Even my dad, who once prided himself on his home audio system in its own glass fronted cabinet, no longer has a giant entertainment system, instead opting for a smaller all-in-one audio dock with CD/DAB. He gets on fairly well with technology and tends to use his phone and car for music.
My generation seems to be the last who has a relationship with physical media for audio. My son of 13 doesn’t own a single CD, while my son of 11 and daughter of 9 have a few – but all of them prefer to use their mobile phones or just stream music or watch them on YouTube.
My youngest of 5 is likely to grow up never walking into a shop and buying a CD. Everything will be digital, instant, and disposable. He will look at my CDs like my older ones looked at me when showing them a personal cassette player or when my dad pulled out a reel-to-reel player in our garage.
Vinyl might be making a comeback, but CD sales are in serious decline. The vinyl resurgence is likely to be short-lived, a strange niche. For some serious audio lover, CDs lacked that warm feeling that a crackling 12” with its immense sleeve artwork gave them. Nothing physical overtook CDs – we entered the download and streaming era. While I am happy to download music, I don’t like the idea of streaming. I like to have something I can control. A disk full of MP3 files (with the option to redownload if needed) is a happy medium for me.
There does seem a lack of sound quality or perhaps a lack of interest in sound quality since MP3 players and mobile phones had the ability to play back MP3. The files themselves can be very high quality, but it is the equipment used to play them that lets it down. There is nothing worse than someone sitting their phone on a desk and playing out music on it – all flat, bassless, and interrupted by Facebook notifications every other song. Devices are too small to reproduce quality music no matter what audio technology or speakers are placed in it.
The best you can hope for there is to link it to an audio dock or decent Bluetooth speaker.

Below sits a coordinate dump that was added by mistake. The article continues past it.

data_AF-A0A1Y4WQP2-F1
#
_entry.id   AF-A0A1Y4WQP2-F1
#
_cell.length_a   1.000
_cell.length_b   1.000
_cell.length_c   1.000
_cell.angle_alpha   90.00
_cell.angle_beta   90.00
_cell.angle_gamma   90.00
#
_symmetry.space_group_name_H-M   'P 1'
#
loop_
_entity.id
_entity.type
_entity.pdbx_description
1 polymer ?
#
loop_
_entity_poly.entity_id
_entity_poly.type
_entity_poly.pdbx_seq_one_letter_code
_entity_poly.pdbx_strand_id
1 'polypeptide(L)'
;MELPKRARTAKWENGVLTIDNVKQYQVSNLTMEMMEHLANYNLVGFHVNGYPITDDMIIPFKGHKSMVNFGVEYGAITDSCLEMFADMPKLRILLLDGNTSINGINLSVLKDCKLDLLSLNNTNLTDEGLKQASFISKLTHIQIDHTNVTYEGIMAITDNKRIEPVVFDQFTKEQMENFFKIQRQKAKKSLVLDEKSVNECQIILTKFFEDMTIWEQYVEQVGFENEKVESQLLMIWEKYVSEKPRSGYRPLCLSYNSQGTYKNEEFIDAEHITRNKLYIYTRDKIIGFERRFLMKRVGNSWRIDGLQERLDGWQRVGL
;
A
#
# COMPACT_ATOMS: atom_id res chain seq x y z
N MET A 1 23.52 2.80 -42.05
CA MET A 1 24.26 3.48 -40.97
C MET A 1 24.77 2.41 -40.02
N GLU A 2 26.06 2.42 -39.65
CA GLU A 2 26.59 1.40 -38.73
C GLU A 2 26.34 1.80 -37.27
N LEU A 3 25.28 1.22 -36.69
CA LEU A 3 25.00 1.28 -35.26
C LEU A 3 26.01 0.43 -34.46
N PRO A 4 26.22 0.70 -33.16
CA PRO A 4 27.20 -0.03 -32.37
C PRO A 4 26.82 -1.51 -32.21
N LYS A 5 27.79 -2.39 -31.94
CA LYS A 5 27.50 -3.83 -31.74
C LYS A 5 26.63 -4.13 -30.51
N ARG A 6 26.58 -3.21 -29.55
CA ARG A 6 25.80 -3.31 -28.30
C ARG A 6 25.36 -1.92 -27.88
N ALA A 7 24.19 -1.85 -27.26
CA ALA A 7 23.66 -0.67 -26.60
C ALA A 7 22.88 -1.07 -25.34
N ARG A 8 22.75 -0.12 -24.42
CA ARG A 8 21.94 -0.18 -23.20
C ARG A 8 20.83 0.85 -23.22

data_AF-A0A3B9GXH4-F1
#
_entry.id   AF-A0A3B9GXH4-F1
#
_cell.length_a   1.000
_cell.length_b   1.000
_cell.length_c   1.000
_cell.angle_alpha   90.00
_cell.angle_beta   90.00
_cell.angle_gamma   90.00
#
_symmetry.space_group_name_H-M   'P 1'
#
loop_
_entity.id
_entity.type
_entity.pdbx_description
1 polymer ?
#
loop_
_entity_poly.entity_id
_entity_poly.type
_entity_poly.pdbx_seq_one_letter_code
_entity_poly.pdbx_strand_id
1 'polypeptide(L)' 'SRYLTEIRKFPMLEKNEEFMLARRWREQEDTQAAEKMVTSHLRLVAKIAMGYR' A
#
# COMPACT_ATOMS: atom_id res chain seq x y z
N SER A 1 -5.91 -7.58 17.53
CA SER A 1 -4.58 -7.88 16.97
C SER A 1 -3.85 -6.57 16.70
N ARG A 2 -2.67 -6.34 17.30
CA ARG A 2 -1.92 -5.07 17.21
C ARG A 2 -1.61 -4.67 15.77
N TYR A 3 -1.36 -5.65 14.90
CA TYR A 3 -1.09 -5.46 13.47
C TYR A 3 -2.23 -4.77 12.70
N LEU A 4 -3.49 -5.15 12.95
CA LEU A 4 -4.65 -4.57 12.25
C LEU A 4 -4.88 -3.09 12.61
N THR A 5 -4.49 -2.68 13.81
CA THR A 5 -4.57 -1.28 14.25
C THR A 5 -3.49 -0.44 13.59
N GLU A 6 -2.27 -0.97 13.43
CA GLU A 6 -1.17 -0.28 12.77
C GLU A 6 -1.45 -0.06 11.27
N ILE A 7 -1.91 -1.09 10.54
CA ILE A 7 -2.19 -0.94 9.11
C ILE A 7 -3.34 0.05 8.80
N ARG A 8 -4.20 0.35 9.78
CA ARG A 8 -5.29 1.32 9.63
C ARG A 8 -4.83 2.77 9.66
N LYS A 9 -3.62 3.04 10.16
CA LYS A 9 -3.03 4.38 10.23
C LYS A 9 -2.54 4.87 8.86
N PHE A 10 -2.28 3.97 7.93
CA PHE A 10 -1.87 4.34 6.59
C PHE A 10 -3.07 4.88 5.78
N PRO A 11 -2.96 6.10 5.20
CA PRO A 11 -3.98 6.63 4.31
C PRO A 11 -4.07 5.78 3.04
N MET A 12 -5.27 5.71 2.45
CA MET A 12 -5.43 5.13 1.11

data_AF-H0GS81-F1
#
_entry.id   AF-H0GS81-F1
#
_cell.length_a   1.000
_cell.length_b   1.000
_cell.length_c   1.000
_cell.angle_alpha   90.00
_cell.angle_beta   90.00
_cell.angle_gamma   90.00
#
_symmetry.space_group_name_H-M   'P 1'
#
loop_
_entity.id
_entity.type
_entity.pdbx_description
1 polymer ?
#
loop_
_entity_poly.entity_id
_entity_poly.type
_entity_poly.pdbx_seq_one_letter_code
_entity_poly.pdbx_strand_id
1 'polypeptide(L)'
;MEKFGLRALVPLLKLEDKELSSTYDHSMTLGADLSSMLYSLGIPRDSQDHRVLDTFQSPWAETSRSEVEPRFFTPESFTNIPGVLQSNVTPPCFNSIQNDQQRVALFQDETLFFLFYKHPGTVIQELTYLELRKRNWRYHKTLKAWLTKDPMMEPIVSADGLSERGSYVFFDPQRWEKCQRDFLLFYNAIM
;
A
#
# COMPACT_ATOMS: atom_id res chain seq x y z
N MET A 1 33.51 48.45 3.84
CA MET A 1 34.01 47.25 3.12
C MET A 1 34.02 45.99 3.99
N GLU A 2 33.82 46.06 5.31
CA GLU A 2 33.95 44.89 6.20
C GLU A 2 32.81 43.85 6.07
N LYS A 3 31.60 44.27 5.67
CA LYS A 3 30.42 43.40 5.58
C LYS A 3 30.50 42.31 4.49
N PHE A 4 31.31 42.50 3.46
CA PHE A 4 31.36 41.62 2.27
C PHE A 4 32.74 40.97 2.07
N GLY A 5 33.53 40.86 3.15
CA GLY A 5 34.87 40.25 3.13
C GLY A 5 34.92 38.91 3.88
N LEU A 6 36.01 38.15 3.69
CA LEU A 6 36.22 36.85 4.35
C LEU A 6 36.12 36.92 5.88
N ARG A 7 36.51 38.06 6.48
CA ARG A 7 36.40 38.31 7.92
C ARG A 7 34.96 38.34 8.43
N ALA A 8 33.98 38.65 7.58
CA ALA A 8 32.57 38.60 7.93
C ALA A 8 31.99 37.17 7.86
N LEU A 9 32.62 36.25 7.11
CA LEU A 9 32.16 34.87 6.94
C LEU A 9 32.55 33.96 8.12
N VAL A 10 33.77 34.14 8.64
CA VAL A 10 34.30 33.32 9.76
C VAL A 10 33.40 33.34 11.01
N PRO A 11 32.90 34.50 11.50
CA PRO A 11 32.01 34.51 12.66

Just because I don’t own a hi-fi anymore doesn’t mean I don’t appreciate good sound quality. My audio collection might be stored on my iPhone for convenience, but I rarely play it directly from the phone. I have a decent pair of EarPods for personal listening and a good quality Bluetooth audio speaker for when I feel I want to hear music out loud.
Writing this article on my MacBook Air, it is connected to a Bluetooth speaker and I have iTunes running in the background banging out some speed garage mixes.
Ten years ago I would still be using my computer for music, but attached to a hi-fi sound system.
Ten years before that I would have popped a CD in my hi-fi.
However times change.
Buying Audio Equipment
Whilst writing this article, I went online and looked in Argos – a long established UK catalogue shop – at their home audio section. It is dominated by iPod docks, Bluetooth speakers, and small portable systems. Even their hi-fi section looks nothing like it used to, filled with micro systems aimed at offering a glorified CD player with USB, Bluetooth, or audio dock obviously aimed at pleasing both markets.
There are, of course, dedicated audio equipment stores and websites, but even these are being taken over by the docks and mini systems in a bid to keep up with the modern world – and of course to stay open. Individual components all linked together or giant hi-fi systems seem to be a thing of the past or a thing for audiophiles.
Most people these days have no need for a tape deck or record player, and some don’t even need a dedicated CD player, so while the age of the dedicated home stereo system might be a niche market nowadays, most of us still like quality playback when it comes to our music.
Portable music quality and music on your computer is vastly better than it was ten years ago, but we have lost the golden age of dedicated equipment and the act of sitting down and listening to a new album. Everything seems much more busy. More portable. More instant. More disposable.